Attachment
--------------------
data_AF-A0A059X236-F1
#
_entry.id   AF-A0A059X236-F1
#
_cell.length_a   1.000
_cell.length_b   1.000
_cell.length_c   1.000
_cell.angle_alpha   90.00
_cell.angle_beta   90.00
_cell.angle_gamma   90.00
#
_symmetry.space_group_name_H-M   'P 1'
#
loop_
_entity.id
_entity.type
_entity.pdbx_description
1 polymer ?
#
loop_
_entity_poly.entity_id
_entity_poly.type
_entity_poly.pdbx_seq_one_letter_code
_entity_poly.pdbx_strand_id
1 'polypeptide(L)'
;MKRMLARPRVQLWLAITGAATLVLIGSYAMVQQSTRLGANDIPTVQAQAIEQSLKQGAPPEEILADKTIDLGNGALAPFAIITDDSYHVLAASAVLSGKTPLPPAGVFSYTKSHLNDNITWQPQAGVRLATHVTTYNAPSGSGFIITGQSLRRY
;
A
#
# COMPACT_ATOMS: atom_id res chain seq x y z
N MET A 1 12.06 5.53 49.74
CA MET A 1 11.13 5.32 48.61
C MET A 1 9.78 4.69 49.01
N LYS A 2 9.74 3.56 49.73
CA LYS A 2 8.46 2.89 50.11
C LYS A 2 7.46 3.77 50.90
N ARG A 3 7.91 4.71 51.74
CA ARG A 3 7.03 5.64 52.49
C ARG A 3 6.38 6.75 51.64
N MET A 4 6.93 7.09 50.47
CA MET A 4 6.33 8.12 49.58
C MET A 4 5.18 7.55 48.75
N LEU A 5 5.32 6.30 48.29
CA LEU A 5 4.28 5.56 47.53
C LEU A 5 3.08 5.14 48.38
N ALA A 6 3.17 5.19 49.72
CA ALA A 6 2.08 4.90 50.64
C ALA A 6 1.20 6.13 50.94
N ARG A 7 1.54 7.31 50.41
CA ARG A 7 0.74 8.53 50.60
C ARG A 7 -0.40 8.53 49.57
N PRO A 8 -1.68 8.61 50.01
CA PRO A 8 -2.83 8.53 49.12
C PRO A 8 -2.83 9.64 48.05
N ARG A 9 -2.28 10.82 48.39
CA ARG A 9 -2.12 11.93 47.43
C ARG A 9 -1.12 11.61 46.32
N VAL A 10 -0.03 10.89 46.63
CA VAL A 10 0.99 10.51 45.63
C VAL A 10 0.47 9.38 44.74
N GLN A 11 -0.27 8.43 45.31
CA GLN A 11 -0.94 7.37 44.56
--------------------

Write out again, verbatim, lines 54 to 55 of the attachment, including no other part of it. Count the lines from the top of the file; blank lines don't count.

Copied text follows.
C PRO A 8 -2.83 9.64 48.05
N ARG A 9 -2.28 10.82 48.39